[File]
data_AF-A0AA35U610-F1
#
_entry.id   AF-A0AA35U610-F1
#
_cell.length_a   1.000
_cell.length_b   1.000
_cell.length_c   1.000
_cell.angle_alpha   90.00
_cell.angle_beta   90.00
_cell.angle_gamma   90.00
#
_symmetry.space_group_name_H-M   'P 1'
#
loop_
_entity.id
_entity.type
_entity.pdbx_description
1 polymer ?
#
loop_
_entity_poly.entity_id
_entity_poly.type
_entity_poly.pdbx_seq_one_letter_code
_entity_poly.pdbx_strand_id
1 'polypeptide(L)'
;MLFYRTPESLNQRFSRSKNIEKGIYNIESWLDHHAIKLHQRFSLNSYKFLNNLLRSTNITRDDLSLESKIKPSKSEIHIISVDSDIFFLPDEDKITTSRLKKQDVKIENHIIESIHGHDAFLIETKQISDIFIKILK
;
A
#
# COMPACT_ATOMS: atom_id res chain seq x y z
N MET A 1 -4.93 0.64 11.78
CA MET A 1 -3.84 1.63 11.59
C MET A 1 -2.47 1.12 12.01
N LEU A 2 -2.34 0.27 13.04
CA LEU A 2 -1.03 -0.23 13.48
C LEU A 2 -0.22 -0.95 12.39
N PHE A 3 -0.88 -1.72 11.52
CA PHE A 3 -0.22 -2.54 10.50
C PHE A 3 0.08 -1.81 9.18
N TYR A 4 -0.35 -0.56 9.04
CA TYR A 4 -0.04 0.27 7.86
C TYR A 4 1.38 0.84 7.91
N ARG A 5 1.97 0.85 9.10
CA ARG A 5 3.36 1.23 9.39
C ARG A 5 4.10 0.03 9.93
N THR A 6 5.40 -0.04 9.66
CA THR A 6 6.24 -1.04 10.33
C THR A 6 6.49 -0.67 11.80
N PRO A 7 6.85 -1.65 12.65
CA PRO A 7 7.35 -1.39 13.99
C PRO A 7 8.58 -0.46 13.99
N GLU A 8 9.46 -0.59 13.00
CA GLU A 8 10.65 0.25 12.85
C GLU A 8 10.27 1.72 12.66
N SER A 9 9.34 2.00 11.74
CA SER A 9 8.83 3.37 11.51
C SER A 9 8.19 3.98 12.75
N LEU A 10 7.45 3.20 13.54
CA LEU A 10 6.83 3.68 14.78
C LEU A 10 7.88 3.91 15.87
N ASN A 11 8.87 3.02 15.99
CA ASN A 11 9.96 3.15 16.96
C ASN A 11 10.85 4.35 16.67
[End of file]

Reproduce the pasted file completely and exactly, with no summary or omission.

data_AF-A0AA35U610-F1
#
_entry.id   AF-A0AA35U610-F1
#
_cell.length_a   1.000
_cell.length_b   1.000
_cell.length_c   1.000
_cell.angle_alpha   90.00
_cell.angle_beta   90.00
_cell.angle_gamma   90.00
#
_symmetry.space_group_name_H-M   'P 1'
#
loop_
_entity.id
_entity.type
_entity.pdbx_description
1 polymer ?
#
loop_
_entity_poly.entity_id
_entity_poly.type
_entity_poly.pdbx_seq_one_letter_code
_entity_poly.pdbx_strand_id
1 'polypeptide(L)'
;MLFYRTPESLNQRFSRSKNIEKGIYNIESWLDHHAIKLHQRFSLNSYKFLNNLLRSTNITRDDLSLESKIKPSKSEIHIISVDSDIFFLPDEDKITTSRLKKQDVKIENHIIESIHGHDAFLIETKQISDIFIKILK
;
A
#
# COMPACT_ATOMS: atom_id res chain seq x y z
N MET A 1 -4.93 0.64 11.78
CA MET A 1 -3.84 1.63 11.59
C MET A 1 -2.47 1.12 12.01
N LEU A 2 -2.34 0.27 13.04
CA LEU A 2 -1.03 -0.23 13.48
C LEU A 2 -0.22 -0.95 12.39
N PHE A 3 -0.88 -1.72 11.52
CA PHE A 3 -0.22 -2.54 10.50
C PHE A 3 0.08 -1.81 9.18
N TYR A 4 -0.35 -0.56 9.04
CA TYR A 4 -0.04 0.27 7.86
C TYR A 4 1.38 0.84 7.91
N ARG A 5 1.97 0.85 9.10
CA ARG A 5 3.36 1.23 9.39
C ARG A 5 4.10 0.03 9.93
N THR A 6 5.40 -0.04 9.66
CA THR A 6 6.24 -1.04 10.33
C THR A 6 6.49 -0.67 11.80
N PRO A 7 6.85 -1.65 12.65
CA PRO A 7 7.35 -1.39 13.99
C PRO A 7 8.58 -0.46 13.99
N GLU A 8 9.46 -0.59 13.00
CA GLU A 8 10.65 0.25 12.85
C GLU A 8 10.27 1.72 12.66
N SER A 9 9.34 2.00 11.74
CA SER A 9 8.83 3.37 11.51
C SER A 9 8.19 3.98 12.75
N LEU A 10 7.45 3.20 13.54
CA LEU A 10 6.83 3.68 14.78
C LEU A 10 7.88 3.91 15.87
N ASN A 11 8.87 3.02 15.99
CA ASN A 11 9.96 3.15 16.96
C ASN A 11 10.85 4.35 16.67